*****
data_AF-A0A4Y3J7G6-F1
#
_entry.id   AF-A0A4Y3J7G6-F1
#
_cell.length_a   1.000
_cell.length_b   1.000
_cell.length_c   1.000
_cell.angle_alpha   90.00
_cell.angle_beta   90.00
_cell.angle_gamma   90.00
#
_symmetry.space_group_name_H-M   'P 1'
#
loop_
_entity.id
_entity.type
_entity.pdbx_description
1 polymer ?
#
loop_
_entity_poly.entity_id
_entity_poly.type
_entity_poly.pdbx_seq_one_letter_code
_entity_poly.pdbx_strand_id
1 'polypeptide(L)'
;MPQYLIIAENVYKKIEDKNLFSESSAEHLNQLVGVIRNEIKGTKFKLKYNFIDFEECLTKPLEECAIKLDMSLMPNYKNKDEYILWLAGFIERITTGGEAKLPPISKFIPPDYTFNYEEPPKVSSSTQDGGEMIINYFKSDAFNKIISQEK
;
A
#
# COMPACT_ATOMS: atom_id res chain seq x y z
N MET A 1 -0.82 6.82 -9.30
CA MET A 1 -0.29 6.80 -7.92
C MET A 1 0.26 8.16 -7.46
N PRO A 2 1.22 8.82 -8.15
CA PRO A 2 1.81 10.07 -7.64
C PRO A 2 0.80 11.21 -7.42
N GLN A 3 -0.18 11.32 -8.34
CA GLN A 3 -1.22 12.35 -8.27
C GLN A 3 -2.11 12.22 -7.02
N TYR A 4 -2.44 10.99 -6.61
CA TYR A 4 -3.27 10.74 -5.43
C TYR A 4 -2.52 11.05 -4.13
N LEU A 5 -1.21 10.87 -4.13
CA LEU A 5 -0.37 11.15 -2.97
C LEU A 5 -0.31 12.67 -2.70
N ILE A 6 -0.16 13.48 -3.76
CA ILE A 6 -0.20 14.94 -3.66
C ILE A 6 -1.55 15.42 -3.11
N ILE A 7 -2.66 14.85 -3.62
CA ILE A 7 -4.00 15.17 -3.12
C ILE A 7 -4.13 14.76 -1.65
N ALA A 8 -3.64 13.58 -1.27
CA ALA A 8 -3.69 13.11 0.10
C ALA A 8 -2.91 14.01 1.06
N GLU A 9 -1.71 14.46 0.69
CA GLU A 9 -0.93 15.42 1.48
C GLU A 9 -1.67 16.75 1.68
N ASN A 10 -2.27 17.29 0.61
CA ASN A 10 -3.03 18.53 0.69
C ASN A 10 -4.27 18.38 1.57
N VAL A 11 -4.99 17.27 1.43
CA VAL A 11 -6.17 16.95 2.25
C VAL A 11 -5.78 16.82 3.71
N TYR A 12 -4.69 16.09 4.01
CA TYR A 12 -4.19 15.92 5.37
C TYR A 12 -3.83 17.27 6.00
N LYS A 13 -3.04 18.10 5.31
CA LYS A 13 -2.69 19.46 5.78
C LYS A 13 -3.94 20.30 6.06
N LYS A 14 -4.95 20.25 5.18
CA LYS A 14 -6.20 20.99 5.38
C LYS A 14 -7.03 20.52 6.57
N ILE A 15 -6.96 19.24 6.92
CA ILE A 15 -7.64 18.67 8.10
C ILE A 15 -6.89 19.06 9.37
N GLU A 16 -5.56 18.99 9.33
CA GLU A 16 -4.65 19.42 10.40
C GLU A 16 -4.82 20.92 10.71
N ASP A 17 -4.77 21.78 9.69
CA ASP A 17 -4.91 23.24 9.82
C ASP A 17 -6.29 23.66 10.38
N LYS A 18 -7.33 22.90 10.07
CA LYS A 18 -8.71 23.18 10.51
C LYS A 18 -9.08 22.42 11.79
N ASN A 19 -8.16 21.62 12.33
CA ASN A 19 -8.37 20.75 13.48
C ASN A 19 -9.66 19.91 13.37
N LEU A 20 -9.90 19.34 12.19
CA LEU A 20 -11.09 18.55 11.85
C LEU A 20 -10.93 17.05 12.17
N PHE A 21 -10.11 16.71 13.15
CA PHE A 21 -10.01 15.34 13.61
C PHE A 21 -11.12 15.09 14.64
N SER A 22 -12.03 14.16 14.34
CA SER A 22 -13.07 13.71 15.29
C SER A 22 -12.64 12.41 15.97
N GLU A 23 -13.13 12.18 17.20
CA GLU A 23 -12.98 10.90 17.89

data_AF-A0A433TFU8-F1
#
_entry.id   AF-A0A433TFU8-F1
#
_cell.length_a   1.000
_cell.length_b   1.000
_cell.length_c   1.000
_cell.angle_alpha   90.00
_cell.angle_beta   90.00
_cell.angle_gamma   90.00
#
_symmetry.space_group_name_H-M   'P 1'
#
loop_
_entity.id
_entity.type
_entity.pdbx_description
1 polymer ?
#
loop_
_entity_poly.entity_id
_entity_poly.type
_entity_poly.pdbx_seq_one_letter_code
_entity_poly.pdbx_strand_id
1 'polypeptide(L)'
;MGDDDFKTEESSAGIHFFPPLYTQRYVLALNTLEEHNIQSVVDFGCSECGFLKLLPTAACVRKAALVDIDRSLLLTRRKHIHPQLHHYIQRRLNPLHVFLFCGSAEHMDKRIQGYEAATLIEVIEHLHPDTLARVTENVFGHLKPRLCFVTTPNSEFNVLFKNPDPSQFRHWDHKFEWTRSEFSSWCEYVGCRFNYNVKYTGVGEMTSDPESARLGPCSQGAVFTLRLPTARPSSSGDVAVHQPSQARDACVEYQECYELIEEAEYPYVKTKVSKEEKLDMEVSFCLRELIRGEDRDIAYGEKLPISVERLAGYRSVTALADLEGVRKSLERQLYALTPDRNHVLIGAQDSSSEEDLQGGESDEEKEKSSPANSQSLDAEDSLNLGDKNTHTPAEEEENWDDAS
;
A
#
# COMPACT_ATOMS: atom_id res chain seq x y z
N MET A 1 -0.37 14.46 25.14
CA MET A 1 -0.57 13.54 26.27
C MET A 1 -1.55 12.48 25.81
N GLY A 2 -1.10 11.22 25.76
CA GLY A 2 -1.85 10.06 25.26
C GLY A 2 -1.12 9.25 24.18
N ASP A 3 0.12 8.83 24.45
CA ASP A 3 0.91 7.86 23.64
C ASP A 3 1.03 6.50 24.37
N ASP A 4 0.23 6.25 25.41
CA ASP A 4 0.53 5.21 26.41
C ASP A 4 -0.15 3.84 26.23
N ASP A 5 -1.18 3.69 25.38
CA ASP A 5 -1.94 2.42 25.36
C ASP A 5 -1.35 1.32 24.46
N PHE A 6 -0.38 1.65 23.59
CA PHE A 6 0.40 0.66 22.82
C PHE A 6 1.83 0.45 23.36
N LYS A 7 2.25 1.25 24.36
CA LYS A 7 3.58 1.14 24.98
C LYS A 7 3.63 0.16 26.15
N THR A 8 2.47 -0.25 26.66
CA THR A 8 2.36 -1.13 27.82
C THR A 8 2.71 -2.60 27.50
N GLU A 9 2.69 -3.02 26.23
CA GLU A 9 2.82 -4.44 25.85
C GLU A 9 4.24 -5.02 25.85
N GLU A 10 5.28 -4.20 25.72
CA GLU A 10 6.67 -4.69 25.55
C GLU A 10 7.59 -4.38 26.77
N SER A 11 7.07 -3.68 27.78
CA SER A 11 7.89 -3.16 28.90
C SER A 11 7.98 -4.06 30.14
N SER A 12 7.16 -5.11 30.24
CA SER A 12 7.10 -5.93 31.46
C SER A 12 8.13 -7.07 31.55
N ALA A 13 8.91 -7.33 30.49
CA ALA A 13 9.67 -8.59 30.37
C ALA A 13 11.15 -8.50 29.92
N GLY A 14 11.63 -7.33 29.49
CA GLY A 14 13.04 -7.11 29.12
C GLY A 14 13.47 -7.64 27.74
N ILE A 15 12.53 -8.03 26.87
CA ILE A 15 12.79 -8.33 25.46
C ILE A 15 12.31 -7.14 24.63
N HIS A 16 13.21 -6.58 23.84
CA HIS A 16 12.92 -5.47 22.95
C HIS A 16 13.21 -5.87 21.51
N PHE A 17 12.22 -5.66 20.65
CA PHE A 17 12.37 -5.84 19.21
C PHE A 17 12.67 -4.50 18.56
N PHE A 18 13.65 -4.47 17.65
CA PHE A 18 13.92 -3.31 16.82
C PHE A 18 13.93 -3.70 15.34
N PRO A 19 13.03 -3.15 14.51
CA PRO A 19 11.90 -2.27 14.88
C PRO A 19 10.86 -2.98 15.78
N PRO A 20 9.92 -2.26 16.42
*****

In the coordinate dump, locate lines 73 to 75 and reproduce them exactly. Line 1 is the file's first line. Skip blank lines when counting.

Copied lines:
N ILE A 15 -6.96 19.24 6.92
CA ILE A 15 -7.64 18.67 8.10
C ILE A 15 -6.89 19.06 9.37